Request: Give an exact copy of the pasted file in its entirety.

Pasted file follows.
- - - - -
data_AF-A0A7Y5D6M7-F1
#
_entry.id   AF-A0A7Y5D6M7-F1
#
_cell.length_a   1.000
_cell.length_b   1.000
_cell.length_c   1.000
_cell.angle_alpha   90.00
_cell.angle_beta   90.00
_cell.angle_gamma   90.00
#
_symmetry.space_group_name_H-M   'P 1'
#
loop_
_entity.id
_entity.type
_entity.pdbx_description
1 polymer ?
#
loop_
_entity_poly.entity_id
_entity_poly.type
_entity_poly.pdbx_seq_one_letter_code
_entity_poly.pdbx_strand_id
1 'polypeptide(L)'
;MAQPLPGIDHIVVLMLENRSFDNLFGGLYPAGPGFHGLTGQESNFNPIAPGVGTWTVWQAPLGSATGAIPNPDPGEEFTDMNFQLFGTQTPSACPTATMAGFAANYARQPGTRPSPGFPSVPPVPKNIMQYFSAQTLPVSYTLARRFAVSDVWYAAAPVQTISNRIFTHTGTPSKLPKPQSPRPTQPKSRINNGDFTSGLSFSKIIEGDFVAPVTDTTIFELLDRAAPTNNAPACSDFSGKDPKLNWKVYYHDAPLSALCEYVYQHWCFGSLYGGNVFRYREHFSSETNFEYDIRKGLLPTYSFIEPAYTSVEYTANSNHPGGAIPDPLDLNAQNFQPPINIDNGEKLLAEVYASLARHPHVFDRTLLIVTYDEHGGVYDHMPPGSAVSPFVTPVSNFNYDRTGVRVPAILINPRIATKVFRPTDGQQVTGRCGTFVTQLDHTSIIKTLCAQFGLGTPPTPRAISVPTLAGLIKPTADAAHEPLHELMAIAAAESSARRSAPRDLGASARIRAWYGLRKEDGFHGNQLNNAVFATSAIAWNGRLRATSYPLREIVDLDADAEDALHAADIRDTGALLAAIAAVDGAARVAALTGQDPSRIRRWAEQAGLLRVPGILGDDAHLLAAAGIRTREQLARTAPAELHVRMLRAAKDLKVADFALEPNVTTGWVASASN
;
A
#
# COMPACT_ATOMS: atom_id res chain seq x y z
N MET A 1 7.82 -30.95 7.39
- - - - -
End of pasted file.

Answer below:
data_AF-A0A7Y5D6M7-F1
#
_entry.id   AF-A0A7Y5D6M7-F1
#
_cell.length_a   1.000
_cell.length_b   1.000
_cell.length_c   1.000
_cell.angle_alpha   90.00
_cell.angle_beta   90.00
_cell.angle_gamma   90.00
#
_symmetry.space_group_name_H-M   'P 1'
#
loop_
_entity.id
_entity.type
_entity.pdbx_description
1 polymer ?
#
loop_
_entity_poly.entity_id
_entity_poly.type
_entity_poly.pdbx_seq_one_letter_code
_entity_poly.pdbx_strand_id
1 'polypeptide(L)'
;MAQPLPGIDHIVVLMLENRSFDNLFGGLYPAGPGFHGLTGQESNFNPIAPGVGTWTVWQAPLGSATGAIPNPDPGEEFTDMNFQLFGTQTPSACPTATMAGFAANYARQPGTRPSPGFPSVPPVPKNIMQYFSAQTLPVSYTLARRFAVSDVWYAAAPVQTISNRIFTHTGTPSKLPKPQSPRPTQPKSRINNGDFTSGLSFSKIIEGDFVAPVTDTTIFELLDRAAPTNNAPACSDFSGKDPKLNWKVYYHDAPLSALCEYVYQHWCFGSLYGGNVFRYREHFSSETNFEYDIRKGLLPTYSFIEPAYTSVEYTANSNHPGGAIPDPLDLNAQNFQPPINIDNGEKLLAEVYASLARHPHVFDRTLLIVTYDEHGGVYDHMPPGSAVSPFVTPVSNFNYDRTGVRVPAILINPRIATKVFRPTDGQQVTGRCGTFVTQLDHTSIIKTLCAQFGLGTPPTPRAISVPTLAGLIKPTADAAHEPLHELMAIAAAESSARRSAPRDLGASARIRAWYGLRKEDGFHGNQLNNAVFATSAIAWNGRLRATSYPLREIVDLDADAEDALHAADIRDTGALLAAIAAVDGAARVAALTGQDPSRIRRWAEQAGLLRVPGILGDDAHLLAAAGIRTREQLARTAPAELHVRMLRAAKDLKVADFALEPNVTTGWVASASN
;
A
#
# COMPACT_ATOMS: atom_id res chain seq x y z
N MET A 1 7.82 -30.95 7.39